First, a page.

Meanwhile, back in Evanston, the two people in front of me at Whole Foods the other day were both paying for their non-alcoholic purchases with LINK cards (booze purchases were with cash). The person immediately in front of me was heading up to the parking garage to get his car. And checked his iPhone while in line. I couldn't tell if it was an iPhone4, though, but I think somewhere in the back of the Constitution there is a fundamental right to the newest version of iPhone, so I guess I can see why the word crisis is getting thrown around.

    1. Food stamps and Lotto, etc..

      You wrote "Meanwhile, back in Evanston, the two people in front of me at Whole Foods the other day were both paying for their non-alcoholic purchases with LINK cards (booze purchases were with cash). The person immediately in front of me was heading up to the parking garage to get his car. And checked his iPhone while in line. I couldn't tell if it was an iPhone4, though, but I think somewhere in the back of the Constitution there is a fundamental right to the newest version of iPhone, so I guess I can see why the word crisis is getting thrown around."

      ===========================

      I think everyone has seen people pay for grocery with their Link Card and then pay out dollar after dollar for a fist load of Lotto tickets. A few years ago I stood behind a man who looked like Arthur Ash–tennis racket, clothes and all but that would make Ash jealous.  He paid for his food with food stamps then drove off in his sports car.  I know a restaurant owner who applied for food stamps.

      There are people who really need aid but also too many who mis-use it, don't need it and use it while spending their money on liquor, tobacco and gambling. 

      1. Food stamp abuse

        Two more examples of the 50% of people in this country living off the government who shouldn't be-

          A college friend, northwestern educated, lost her job.   She went out and bought at $2000 television with her savings, while applying for food stamps.   Since there is no longer any social stigma attached to picking up a credit card from the government, she didn't feel bad about it.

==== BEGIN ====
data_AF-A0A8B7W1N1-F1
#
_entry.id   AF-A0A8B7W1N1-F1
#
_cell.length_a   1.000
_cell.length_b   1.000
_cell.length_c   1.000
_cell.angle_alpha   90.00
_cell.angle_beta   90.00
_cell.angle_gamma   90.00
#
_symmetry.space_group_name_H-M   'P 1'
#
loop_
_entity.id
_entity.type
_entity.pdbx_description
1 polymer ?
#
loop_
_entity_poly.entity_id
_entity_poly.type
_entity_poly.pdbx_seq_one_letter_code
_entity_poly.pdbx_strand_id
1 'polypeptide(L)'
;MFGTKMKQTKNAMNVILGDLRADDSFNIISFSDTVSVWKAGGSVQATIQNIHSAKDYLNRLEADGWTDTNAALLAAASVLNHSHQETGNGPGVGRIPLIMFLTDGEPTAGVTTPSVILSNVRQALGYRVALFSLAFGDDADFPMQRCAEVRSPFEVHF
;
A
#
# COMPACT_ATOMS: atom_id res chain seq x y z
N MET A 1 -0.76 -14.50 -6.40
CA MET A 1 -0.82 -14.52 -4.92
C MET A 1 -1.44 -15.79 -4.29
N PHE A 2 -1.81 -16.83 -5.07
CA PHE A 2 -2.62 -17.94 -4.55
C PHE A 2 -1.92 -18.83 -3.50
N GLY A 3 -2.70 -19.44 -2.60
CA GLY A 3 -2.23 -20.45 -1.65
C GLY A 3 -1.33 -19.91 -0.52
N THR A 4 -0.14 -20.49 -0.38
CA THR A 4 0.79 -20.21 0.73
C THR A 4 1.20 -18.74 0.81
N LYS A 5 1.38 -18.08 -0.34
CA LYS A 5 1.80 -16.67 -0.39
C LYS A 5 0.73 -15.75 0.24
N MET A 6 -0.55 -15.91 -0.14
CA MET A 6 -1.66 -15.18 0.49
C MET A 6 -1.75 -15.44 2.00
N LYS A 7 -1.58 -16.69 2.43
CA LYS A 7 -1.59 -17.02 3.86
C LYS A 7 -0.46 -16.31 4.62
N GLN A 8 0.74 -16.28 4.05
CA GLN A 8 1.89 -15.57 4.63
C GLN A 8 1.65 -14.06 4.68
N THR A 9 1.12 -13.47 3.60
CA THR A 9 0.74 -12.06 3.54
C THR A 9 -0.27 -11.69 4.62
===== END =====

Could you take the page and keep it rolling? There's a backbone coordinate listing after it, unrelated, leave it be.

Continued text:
Another acquaintance is the wife of a trader at the CBOE.   She had a baby, and was then laid off while on her 6 week maternity leave(but she was planning on quitting anyway).   Her unemployment gave her rights to collect unemployment of around $50,000, which she did  for 99 weeks-   Meanwhile, her husband was making 6 figures.   Totally unethical?  Absolutely-  But when the government is dishing it out, and obviously not checking who has their hands open, too easy.   

        When the conservatives are talking about cutting benefits, it is examples like this and the ones above that we are talking about-  make the safety net too big, and people lay down in it.

          

  6. Give Al his own column

    Anon. Al- Couldn't agree more- I love your posts.   You should write your own column.   and run for alderthing.  Evanston needs you-

    p.s.  Loved your post about the library discussion being tragic.

  7. Schakowsky and Walsh

    Schakowsky's criticism of the Tea Party as radical is really strange. Last time I looked, she and Tea Party hero Joe Walsh voted exactly the same way on the bill to increase the debt limit. No doubt she would contend that her motives were pure and his were not, but the vote was still the same. And they have the same showboat approach to politics, as well. 

    If there is any money left in the U.S.Treasury, perhaps some of it could be used for one or two or three courses in economics for these folks.

     

    1. Schakowsky and Bachmann

      Jan Schakowsky also joined Michelle Bachmann in voting against the debt bill. Ironic indeed.

      1. Schakowsky vs. Bachmann and Walsh

        The difference between Schakowsky vs. Bachmann and Walsh is this: